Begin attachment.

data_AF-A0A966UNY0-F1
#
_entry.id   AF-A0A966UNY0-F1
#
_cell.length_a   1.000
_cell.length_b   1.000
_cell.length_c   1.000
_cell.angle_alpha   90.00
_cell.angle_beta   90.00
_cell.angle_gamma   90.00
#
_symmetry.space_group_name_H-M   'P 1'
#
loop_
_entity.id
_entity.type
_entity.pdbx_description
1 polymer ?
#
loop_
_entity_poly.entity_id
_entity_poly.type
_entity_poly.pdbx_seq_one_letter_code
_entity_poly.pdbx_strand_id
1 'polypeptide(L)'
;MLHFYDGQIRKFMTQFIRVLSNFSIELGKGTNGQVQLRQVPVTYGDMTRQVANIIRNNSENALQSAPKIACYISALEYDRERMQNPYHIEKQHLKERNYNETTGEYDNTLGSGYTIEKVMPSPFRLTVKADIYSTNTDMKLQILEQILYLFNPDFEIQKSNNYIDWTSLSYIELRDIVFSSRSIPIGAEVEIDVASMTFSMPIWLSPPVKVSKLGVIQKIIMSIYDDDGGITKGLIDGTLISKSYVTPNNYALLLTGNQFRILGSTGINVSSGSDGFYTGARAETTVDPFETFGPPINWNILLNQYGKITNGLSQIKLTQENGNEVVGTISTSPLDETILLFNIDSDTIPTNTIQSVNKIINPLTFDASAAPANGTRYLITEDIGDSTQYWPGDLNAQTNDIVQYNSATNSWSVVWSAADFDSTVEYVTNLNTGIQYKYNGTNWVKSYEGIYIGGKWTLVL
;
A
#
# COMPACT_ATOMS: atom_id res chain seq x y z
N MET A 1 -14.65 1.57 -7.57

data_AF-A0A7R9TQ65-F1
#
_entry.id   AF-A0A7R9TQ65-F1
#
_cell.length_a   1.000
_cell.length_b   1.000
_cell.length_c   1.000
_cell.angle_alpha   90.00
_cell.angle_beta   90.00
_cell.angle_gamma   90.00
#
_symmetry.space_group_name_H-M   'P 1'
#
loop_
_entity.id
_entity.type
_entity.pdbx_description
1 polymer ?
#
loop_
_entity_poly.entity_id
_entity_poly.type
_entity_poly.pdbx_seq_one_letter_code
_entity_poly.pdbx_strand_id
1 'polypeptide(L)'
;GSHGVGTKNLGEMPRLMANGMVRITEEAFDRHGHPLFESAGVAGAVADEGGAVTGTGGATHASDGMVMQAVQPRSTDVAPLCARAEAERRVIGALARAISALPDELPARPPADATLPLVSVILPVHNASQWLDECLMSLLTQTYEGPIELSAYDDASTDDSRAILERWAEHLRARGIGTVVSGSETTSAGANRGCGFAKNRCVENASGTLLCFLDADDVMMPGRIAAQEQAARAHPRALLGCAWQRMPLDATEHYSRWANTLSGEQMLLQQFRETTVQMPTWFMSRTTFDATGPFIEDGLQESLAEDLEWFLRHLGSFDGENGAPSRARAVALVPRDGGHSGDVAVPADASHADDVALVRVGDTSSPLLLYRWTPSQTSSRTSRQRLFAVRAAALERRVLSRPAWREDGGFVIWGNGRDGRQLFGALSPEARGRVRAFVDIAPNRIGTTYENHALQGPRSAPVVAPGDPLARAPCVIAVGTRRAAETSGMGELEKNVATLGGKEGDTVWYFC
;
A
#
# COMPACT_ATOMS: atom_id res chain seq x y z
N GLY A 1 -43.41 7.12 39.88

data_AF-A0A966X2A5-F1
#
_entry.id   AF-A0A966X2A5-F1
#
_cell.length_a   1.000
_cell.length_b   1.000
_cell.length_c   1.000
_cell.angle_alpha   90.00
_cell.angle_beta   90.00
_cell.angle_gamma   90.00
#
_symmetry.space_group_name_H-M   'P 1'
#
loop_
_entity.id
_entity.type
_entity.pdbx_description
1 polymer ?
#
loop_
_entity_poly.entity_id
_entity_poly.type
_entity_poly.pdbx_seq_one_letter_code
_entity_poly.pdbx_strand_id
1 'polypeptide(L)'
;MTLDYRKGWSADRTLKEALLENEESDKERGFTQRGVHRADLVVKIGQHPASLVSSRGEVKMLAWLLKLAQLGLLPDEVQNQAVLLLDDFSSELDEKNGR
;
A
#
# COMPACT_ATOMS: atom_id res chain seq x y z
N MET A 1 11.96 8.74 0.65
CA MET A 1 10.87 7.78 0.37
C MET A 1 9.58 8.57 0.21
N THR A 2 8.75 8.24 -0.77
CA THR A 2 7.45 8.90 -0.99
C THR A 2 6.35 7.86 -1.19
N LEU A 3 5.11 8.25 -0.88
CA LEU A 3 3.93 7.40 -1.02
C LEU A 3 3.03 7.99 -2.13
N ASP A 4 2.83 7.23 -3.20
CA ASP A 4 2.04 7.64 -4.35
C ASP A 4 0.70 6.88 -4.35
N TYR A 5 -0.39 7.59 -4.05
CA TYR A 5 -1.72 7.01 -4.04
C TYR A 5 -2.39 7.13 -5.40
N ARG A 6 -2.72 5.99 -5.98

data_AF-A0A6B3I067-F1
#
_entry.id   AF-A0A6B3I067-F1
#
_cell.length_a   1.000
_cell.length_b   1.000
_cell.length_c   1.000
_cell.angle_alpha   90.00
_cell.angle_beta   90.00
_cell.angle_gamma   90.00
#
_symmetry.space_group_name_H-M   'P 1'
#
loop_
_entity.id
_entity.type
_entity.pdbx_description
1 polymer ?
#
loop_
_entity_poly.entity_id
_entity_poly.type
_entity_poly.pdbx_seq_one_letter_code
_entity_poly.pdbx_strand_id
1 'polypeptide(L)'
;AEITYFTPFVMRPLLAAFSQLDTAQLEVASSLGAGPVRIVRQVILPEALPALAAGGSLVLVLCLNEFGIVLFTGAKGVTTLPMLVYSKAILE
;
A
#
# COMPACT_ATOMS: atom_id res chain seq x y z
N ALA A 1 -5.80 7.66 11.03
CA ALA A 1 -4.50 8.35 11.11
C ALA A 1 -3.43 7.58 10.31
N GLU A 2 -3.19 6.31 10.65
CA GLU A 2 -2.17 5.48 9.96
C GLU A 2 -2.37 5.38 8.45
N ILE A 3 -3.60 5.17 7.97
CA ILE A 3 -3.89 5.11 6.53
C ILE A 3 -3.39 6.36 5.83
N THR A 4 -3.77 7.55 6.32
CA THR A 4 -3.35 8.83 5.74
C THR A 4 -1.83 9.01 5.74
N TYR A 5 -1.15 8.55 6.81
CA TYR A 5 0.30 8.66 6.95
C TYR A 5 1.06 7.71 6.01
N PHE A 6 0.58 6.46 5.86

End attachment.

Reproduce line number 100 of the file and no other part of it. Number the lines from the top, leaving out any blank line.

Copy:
CA LEU A 3 3.93 7.40 -1.02